By the time our truck slowly made its way through the Dar es Salaam traffic to take us out of the city I think it would be fair to say that I wasn’t particularly enjoying my time in Tanzania. Whilst there were a few highlights I didn’t always feel safe, I was growing tired of long days stuck in traffic or road construction, I was disgusted at the openly corrupt police that kept pulling us over to bribe our driver and along with some of my tripmates I hadn’t been in great health; not enough to leave me bedridden but enough to distract me from having a good time. All of that was about to change when the next few days in Northern Tanzania becoming one of the great highlights of my 6-week African journey and one of the best experiences of my entire traveling life. But it wasn’t all plain sailing.
Ever since I first heard that there was a place called Zanzibar I have wanted to go there simply because the very name conjures up an exotic and exciting far-flung land. Despite it being on my bucket list I never really learned much about it apart from how to find it on a map. Several years ago I quizzed a good friend about it after she spent her honeymoon there but all I really got from her was that it was very hot and that she loved it. In any case I was happy to see that it was an optional 3-night excursion included within my Africa Overland itinerary but I have to admit I still didn’t bother to do a whole heap of research until just before I got there when I found that it has a fascinating history. Continue reading “Zanzibar”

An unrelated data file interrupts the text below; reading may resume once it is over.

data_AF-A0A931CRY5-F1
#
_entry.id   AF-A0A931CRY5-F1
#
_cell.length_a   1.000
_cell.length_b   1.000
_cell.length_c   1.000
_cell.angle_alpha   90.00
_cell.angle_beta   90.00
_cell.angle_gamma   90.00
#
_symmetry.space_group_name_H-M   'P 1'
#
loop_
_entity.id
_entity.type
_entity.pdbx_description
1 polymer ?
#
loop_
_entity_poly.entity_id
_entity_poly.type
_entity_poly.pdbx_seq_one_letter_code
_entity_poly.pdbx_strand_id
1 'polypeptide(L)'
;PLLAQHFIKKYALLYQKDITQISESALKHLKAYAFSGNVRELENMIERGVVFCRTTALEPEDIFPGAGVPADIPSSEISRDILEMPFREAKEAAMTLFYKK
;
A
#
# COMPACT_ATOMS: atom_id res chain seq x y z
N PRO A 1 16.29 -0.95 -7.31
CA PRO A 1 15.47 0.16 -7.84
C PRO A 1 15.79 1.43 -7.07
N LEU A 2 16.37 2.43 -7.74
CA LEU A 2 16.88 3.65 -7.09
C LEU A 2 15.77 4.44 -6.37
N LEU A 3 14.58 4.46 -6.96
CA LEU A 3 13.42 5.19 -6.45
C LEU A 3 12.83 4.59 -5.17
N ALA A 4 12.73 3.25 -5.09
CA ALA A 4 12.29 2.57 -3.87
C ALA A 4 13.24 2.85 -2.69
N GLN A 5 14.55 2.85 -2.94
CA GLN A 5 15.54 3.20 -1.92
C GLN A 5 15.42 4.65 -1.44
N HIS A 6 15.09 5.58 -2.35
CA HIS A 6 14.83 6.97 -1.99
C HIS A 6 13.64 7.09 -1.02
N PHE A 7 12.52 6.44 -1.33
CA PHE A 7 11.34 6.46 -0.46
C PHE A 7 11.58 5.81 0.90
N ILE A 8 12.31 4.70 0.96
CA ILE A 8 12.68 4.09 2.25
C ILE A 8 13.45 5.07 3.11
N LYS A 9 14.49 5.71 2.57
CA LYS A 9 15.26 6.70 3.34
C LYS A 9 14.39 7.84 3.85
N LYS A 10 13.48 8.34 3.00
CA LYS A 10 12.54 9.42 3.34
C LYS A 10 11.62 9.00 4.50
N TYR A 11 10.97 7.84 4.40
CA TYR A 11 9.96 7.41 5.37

In most countries people use bumper stickers to express things about themselves from their cars. In Tanzania, particularly in the financial capital of Dar es Salaam, people sometimes like to decorate their entire car especially if it is a taxi. Whereas in the UK you might see a Manchester United sticker on the rear window in Dar you’ll see entire vans covered in Manchester United livery. In America I saw a lot of Obama/Biden stickers still present following the Obama campaigns but in Dar an entire vehicle will be decked out in the colors of their favorite party complete with a portrait of the leader. I found this endearing especially when I noticed a lot of Bob Marley and President Obama portraits on the backs of taxi vans. But I distinctly remember a sobering chill spreading through me when I noticed the first Osama bin Laden image shortly followed by one of Colonel Gaddafi. It suddenly seemed plausable that the Obama ones were a kind of protest at the presence of terrorist and terrorist dictator portraits.